Financial software and data provider Bloomberg has apologized for an IT meltdown which affected its 320,000 users’ terminals around the world. A weekly bond sale in London had to be delayed.
Problems began on Friday morning in London as Asian markets closed and Europe’s opened at 8.20 am London time. Trading screens were blank for most of the following two hours. By the time US markets opened, most Bloomberg terminals were back up and running.
Bloomberg’s screens are used by traders of government bonds as well as shares and other financial instruments.
The company issued a statement explaining the problem: “We experienced a combination of hardware and software failures in the network, which caused an excessive volume of network traffic.”
“This led to customer disconnections as a result of the machines being overwhelmed,” Bloomberg explained.
“We discovered the root cause quickly, isolated the faulty hardware, and restarted the software. We are reviewing our multiple redundant systems, which failed to prevent this disruption,” the company added.
The US firm said there had not been a cyber attack.
Around 4pm local time in London, Bloomberg tweeted: “Service has been fully restored. We apologise to our customers for the disruption.”
According to Fortune, 320,000 people worldwide use Bloomberg terminals, which cost about $20,000 (18,500 euros) a year. A significant number were affected by the IT problem on Friday.
The UK Debt Management Office postponed its weekly tender of Treasury bills on Friday morning, but was able to carry out the debt sale in the afternoon.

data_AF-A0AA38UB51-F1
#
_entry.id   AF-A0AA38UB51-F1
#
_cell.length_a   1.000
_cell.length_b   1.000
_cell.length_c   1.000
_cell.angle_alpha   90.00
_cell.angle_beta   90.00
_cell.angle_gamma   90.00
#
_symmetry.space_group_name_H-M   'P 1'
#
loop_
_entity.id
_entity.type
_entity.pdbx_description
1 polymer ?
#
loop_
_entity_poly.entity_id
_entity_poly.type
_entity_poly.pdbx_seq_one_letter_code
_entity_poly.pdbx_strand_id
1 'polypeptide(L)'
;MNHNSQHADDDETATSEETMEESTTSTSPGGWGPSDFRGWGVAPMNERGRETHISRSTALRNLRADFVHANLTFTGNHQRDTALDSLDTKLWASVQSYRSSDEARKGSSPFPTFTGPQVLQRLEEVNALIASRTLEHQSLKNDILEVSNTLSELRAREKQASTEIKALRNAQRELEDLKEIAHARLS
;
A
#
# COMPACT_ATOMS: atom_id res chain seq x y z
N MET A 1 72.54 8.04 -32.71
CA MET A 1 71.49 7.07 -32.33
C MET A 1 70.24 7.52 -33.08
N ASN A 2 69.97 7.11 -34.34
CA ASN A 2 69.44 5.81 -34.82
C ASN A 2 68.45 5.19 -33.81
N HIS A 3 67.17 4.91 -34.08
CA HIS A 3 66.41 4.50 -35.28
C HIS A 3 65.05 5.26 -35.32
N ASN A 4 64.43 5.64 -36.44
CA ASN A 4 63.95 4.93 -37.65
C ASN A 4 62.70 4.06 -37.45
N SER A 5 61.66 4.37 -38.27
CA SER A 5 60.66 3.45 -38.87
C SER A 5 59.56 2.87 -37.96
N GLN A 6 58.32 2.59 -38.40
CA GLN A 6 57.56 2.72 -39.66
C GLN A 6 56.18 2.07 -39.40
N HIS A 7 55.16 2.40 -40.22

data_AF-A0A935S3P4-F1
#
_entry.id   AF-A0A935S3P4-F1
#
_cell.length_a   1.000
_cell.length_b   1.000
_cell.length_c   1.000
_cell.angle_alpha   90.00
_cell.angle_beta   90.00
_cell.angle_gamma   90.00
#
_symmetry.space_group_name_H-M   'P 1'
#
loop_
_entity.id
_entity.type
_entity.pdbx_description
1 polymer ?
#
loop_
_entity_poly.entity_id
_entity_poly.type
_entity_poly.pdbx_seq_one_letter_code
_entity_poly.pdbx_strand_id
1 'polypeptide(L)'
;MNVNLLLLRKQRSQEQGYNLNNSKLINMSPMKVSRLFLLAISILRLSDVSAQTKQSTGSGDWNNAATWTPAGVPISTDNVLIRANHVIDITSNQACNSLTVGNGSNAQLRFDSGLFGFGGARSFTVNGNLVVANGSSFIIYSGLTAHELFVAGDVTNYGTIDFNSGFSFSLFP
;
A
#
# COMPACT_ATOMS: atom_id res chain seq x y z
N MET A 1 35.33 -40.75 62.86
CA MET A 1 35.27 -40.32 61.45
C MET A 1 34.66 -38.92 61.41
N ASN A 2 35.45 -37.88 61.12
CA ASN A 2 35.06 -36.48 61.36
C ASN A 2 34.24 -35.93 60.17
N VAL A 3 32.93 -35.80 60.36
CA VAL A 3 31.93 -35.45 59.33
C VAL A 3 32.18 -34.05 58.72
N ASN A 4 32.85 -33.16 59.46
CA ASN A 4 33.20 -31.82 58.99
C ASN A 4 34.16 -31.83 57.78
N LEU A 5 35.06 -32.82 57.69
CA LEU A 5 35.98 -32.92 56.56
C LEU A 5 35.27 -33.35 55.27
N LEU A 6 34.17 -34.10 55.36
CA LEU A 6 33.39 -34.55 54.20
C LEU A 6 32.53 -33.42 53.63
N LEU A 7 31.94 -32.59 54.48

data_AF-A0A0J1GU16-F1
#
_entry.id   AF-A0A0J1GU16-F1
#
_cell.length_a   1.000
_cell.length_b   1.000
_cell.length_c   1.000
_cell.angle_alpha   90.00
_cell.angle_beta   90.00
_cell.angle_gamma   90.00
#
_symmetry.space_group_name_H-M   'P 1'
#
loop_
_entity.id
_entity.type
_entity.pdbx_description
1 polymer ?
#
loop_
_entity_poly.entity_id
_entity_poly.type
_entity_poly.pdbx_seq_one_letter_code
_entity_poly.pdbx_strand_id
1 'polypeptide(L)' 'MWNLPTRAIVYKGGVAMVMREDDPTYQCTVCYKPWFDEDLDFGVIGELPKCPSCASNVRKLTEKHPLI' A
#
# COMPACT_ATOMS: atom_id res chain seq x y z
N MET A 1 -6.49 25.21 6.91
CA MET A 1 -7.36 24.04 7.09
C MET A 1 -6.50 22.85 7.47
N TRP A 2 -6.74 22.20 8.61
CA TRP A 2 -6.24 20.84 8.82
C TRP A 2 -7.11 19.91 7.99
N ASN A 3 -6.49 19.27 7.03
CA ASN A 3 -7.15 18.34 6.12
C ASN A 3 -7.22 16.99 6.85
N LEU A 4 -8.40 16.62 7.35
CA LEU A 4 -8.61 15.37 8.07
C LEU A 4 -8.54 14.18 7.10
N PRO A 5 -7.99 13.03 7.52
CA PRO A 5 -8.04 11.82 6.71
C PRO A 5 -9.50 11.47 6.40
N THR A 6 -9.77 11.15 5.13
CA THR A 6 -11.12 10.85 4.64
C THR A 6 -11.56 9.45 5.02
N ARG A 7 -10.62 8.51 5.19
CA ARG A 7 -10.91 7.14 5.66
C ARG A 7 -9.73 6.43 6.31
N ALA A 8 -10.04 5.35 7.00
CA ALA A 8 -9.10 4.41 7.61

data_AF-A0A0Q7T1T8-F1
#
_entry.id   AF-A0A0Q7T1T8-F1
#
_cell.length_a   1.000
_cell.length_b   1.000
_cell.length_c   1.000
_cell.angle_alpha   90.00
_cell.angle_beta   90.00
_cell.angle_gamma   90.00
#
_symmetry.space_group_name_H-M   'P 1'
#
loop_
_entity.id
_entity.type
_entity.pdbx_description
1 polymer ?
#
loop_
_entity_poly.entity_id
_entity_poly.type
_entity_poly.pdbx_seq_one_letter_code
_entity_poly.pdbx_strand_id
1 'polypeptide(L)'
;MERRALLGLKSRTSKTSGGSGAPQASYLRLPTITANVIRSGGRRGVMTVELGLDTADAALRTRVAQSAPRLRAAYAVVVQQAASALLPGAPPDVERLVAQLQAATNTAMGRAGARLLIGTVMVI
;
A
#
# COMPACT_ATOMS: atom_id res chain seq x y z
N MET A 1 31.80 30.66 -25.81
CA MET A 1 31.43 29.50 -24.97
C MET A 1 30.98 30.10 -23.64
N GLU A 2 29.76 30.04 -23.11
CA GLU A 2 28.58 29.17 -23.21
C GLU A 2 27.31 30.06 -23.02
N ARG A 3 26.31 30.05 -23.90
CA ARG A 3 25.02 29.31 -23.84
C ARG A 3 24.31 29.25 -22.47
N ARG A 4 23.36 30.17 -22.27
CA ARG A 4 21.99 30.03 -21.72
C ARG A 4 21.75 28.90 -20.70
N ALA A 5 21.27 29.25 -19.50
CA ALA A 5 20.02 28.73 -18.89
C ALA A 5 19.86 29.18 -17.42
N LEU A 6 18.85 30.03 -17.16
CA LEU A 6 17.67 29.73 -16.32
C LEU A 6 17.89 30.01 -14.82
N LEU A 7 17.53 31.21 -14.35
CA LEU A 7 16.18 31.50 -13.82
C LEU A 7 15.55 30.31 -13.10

Telephone and Twitter
During the day, as traders were unable to use their terminals, they placed their orders by telephone instead. The volume of trading in German Bund futures during the two hour period when screens were blank was down by about a third compared with the same period in the previous Friday trading sessions. Traders also took to Twitter under the hashtag #bloombergdown:
The outage was a signal of how dependent traders have become on Bloomberg terminals, and the ‘chat’ facility for reaching their clients. It was also an indicator of Bloomberg’s dominant place in the trading terminal market.
The Bloomberg data terminals are the center of the business empire that Michael R. Bloomberg founded in 1981. He returned to lead the company last year after serving three terms as mayor of New York City.
Bloomberg has become the world’s biggest financial information provider, overtaking rival Reuters. The company is privately held and is not obliged to divulge financial information. In September it said revenue grew to more than $9 billion in 2014.